4. Camp Involves Physical Activity– When I picture camp in my head, I see painted faces, cheers, smiles, and campers and counselors running around being active. At camp everyone should always be active playing games and all counselors should be engaged with campers. I like when we can sneak in exercise components into our camp games without the campers realizing they are increasing their heart rate and building muscle. I like to train staff to play games where no one gets out. For example, if you’re playing kick ball think about the one position everyone fights to be…the pitcher. Why? Because that person is active the entire game. But if you play kickball without a pitcher, it changes the game. Let all kickers kick or throw their own ball, this allows for campers who don’t feel confident in kicking participate. Once outfield retrieves the ball, make sure all participants touch the ball before they yell “STOP” to the other team. This can be done however the team decides. Meanwhile, the ENTIRE kicking team is running around two bases, or three bases and everyone is making a point for the team until they hear “STOP”. The focus isn’t on the one kid who doesn’t run very fast, or the one kid who is the fastest runner. Even campers who use wheelchairs or walkers can participate with extra or no assistance from a counselor. The point is that everyone is engaged in the game, everyone gets to use the equipment and everyone is active.
5. Camp Encourages Kids to Find Positive Role Models and Learn to Become Role Models– “Who wants to be famous?” That’s what I was asked during my camp training and that’s the first thing I ask when I train camp staff. Most people want recognition or to be known for something, so many counselors raise their hands. Then I congratulate them on being the most popular people this summer. Campers are going to look up to them, and watch their every move. They are going to form a unique bond with the campers that the campers don’t have with their other influences like parents or teachers. Campers may even see counselors outside of camp at the mall or the park and see who they are when they aren’t at camp. Being a camp counselor has a lot of pressure in that sense. But it’s all good, it’s all good pressure. I let them know that now they can relate their life to one of a gold fish in a bowl. There is glass all around their life and everyone can see. It encourages them to make the right decisions. If they see a counselor participating in games, or helping someone carry their belongings, or saying thank you, campers are going to want to do those same gestures. Not only do campers get to look up to role models, but they also get to learn how to become a good role model. As they grow in camp they become the role models for the younger kids, and eventually become a Counselor-In-Training (CIT) and hopefully, in turn, become a counselor.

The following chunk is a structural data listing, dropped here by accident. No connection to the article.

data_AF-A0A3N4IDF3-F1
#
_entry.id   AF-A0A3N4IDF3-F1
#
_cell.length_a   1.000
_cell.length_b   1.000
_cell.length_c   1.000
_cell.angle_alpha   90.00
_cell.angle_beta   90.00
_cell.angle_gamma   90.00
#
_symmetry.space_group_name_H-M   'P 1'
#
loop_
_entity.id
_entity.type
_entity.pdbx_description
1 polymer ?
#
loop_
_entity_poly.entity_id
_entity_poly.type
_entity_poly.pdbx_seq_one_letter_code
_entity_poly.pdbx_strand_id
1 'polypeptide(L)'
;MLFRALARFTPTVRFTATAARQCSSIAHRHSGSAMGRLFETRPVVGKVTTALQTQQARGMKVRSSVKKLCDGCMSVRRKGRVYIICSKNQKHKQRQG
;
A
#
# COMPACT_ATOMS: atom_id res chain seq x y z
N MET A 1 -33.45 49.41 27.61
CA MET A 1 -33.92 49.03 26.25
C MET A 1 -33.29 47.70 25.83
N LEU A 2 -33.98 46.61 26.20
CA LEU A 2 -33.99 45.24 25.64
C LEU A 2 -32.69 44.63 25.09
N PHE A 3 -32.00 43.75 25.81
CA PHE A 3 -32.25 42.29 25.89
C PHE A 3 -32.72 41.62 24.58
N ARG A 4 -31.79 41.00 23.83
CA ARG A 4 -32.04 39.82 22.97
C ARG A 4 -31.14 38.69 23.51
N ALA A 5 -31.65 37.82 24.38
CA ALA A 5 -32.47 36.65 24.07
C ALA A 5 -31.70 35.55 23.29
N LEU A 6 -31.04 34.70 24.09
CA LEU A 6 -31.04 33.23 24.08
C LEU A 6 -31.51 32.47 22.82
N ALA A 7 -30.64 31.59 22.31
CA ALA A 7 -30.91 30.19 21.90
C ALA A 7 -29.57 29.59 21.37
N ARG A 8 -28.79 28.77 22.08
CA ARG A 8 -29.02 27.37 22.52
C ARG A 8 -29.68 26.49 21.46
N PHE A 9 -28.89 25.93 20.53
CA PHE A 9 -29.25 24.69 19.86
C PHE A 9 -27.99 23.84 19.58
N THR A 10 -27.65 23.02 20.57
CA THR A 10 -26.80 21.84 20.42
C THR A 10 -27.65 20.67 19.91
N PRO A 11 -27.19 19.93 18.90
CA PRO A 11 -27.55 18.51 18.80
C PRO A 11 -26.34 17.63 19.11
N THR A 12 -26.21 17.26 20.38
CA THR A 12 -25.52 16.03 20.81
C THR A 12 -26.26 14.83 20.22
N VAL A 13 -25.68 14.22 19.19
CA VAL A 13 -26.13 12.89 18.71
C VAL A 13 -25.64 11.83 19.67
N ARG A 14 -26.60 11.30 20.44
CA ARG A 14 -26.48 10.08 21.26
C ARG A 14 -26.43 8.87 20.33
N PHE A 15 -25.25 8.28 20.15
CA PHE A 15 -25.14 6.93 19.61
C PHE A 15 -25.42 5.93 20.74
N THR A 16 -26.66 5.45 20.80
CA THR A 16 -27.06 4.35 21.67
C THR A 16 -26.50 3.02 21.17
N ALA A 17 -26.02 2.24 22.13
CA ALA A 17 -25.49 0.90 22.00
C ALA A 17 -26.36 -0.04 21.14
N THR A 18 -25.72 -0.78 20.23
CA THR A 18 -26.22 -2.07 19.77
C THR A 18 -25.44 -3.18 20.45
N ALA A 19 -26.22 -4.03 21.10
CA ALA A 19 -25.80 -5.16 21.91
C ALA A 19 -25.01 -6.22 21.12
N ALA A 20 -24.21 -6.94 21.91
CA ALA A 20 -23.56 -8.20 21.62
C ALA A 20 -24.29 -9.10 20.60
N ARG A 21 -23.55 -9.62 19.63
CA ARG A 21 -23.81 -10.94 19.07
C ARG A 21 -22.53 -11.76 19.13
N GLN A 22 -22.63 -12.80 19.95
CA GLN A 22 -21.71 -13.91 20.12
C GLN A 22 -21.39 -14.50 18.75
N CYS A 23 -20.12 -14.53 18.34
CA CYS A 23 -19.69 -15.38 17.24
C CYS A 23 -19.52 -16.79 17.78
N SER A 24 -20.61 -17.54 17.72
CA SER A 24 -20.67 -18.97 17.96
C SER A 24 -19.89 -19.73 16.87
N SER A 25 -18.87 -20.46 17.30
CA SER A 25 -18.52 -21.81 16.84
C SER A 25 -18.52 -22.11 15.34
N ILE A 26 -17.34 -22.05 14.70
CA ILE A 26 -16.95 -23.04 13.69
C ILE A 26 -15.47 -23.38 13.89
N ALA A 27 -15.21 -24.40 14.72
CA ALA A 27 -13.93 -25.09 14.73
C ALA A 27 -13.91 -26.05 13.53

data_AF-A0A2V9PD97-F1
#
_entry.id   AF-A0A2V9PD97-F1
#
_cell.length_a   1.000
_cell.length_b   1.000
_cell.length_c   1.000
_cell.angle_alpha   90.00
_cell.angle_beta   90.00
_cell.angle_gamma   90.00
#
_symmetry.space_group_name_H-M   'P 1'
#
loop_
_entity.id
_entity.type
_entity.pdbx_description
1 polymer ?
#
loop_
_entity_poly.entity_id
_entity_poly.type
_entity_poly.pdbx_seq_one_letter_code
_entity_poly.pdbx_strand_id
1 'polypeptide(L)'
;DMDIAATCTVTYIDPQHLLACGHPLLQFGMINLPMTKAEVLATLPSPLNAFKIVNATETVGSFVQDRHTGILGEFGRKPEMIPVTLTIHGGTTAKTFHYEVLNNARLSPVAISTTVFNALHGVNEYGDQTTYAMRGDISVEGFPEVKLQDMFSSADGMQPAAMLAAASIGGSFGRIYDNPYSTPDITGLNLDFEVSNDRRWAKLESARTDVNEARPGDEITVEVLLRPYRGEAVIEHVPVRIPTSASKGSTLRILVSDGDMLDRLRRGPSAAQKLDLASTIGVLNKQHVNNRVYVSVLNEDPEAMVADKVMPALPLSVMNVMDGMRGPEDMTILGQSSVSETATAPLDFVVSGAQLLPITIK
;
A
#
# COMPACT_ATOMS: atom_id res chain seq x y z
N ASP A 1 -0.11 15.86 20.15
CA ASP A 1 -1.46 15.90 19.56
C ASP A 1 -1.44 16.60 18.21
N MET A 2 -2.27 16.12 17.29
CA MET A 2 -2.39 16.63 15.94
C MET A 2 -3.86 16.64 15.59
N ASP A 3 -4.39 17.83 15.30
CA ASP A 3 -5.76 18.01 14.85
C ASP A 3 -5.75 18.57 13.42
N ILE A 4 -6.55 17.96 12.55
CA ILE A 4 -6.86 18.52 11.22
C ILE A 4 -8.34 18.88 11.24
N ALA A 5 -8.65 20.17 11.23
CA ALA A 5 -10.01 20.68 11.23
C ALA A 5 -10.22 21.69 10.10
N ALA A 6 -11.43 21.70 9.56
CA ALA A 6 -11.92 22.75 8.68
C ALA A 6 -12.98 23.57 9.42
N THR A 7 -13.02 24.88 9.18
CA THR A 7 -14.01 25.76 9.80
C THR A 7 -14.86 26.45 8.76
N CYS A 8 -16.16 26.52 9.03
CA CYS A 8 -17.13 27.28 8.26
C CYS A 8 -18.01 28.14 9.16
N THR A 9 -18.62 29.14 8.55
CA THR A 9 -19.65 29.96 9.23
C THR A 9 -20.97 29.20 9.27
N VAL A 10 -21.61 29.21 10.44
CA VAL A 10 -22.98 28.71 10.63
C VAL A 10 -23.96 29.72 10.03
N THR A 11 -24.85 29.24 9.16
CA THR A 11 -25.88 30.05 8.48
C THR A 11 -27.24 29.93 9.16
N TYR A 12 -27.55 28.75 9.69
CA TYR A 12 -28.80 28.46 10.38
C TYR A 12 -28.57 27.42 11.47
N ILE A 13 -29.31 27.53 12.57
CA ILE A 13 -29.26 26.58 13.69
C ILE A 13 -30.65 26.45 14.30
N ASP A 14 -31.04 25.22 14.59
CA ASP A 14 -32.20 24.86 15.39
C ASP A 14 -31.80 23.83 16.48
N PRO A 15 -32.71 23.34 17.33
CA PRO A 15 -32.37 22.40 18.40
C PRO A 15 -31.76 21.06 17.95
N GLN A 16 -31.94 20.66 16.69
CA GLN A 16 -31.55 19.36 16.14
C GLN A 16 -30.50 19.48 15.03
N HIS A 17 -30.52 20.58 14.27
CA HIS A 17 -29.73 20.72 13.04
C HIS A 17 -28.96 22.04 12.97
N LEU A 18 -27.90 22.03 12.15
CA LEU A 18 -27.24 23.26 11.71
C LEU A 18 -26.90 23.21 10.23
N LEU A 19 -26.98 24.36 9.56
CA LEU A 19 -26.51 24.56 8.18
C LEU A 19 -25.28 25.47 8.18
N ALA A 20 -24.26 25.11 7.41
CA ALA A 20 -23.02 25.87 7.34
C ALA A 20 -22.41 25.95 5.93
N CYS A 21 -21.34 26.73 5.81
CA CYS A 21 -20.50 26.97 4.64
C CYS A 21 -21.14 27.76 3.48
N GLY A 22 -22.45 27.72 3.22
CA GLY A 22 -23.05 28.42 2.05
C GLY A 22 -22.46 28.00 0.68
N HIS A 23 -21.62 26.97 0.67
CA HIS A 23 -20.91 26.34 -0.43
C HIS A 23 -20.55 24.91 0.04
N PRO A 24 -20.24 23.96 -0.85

Camp offers the time and safe place for campers to test their limits and overcome their fears. When a camper gets in the car at the end of the day and the first thing I hear mom comment on is how sweaty and smelly their camper is, I know that we did our job that day! That camper had fun with friends and was engaged in physical activity. I smile at mom and tell her, “Tonight should be a good sleep!”.